“How easy it is to forget how it all started. The events pile on one another, new battles begin each day, demands for decisions encroach—and soon enough everything is incremental. Cornell historian Fredrik Logevall steps back from the edge and—parting from most Vietnam War studies that focus on the Kennedy and Johnson administrations—reaches back to World War II to give a fresh picture of America imagining itself into the Vietnam War. . . . [Embers of War puts] flesh on barebones assertions that occupy a few sentences or paragraphs in many Vietnam accounts. . . . startling.”—The VVA Veteran
“A superbly written and well-argued reinterpretation of our tragic experience in Vietnam.”—Booklist
“[Logevall] masterfully presents the war’s roots in the U.S. reaction to the French colonial experience.”—Publishers Weekly (starred review)
“Fredrik Logevall has gleaned from American, French, and Vietnamese sources a splendid account of France’s nine-year war in Indochina and the story of how the American statesmen of the period allowed this country to be drawn into the quagmire.”—Neil Sheehan, author of A Bright Shining Lie, winner of the Pulitzer Prize and the National Book Award
“Fredrik Logevall is a wonderful writer and historian. In his new book on the origins of the American war in Vietnam, he gives a fascinating and dramatic account of the French war and its aftermath, from the perspectives of the French, the Vietnamese, and the Americans. Using previously untapped sources and a deep knowledge of diplomatic history, Logevall shows to devastating effect how America found itself on the road to Vietnam.”—Frances FitzGerald, author of Fire in the Lake, winner of the Pulitzer Prize and the National Book Award
“In a world full of nascent, potentially protracted wars, Fredrik Logevall’s Embers of War is manifestly an important book, illuminating the long, small-step path we followed into the quagmire of Vietnam. But I was also struck by the quality of Logevall’s writing. He has the eye of a novelist, the cadence of a splendid prose stylist, and a filmmaker’s instinct for story. Embers of War is not just an important book of history, it is an utterly compelling read.”—Robert Olen Butler, author of A Good Scent from a Strange Mountain, winner of the Pulitzer Prize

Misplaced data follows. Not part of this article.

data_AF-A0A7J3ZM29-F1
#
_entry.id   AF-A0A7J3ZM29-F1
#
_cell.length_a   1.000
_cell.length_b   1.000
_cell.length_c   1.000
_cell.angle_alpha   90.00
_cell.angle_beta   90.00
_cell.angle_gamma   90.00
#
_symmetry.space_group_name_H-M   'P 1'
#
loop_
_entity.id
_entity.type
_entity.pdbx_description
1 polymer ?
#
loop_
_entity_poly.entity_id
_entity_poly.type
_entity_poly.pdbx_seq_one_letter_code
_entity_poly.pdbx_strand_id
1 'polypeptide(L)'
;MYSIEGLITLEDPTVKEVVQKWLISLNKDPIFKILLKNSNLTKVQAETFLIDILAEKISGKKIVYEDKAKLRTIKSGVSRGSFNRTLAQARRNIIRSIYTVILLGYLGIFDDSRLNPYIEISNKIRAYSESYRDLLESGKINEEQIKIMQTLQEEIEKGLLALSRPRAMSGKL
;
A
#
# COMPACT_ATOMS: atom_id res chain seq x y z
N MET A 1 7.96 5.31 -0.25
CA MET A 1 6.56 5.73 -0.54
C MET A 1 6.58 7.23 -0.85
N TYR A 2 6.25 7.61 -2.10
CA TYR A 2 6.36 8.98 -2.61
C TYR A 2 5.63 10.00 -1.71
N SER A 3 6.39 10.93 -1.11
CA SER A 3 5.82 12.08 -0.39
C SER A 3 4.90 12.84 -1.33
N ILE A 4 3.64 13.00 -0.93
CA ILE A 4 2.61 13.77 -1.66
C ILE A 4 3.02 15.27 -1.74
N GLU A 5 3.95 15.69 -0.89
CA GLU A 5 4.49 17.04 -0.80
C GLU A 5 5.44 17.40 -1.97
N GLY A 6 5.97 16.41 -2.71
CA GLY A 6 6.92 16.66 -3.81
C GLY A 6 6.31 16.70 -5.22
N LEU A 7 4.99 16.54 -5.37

“Embers of War is a truly monumental achievement. With elegant prose, deft portraits of the many fascinating characters, and remarkable sensitivity to the aspirations and strategies of the various nations involved, Logevall skillfully guides us through the complexities of the First Indochina War and demonstrates how that conflict laid the basis for America's war in Vietnam.”—George C. Herring, author of America’s Longest War: The United States and Vietnam, 1950-1975
“In this vividly written, richly textured history, Fredrik Logevall demolishes the fiction, too long indulged by too many Americans, that the Vietnam War appeared out of nowhere to besmirch the 1960s. Here we have the full backstory—the uneasy collaboration between France and the United States that paved the way for epic tragedy. Embers of War is a magisterial achievement.”—Andrew J. Bacevich, author of Washington Rules: America's Path to Permanent War and Professor of International Relations and History, Boston University
“For too long, Americans have debated the Vietnam War as though it started in the 1960s. As Fredrik Logevall masterfully demonstrates in Embers of War, the American imbroglio has deep roots in the 1940s and 1950s. This is a deeply researched, elegantly written account that will instantly become the standard book on a poorly understood and decisively important event in world history.”—Mark Lawrence, author of The Vietnam War: A Concise International History, and Associate Professor of History and Senior Fellow at the Robert S. Strauss Center for International Security and Law at The University of Texas at Austin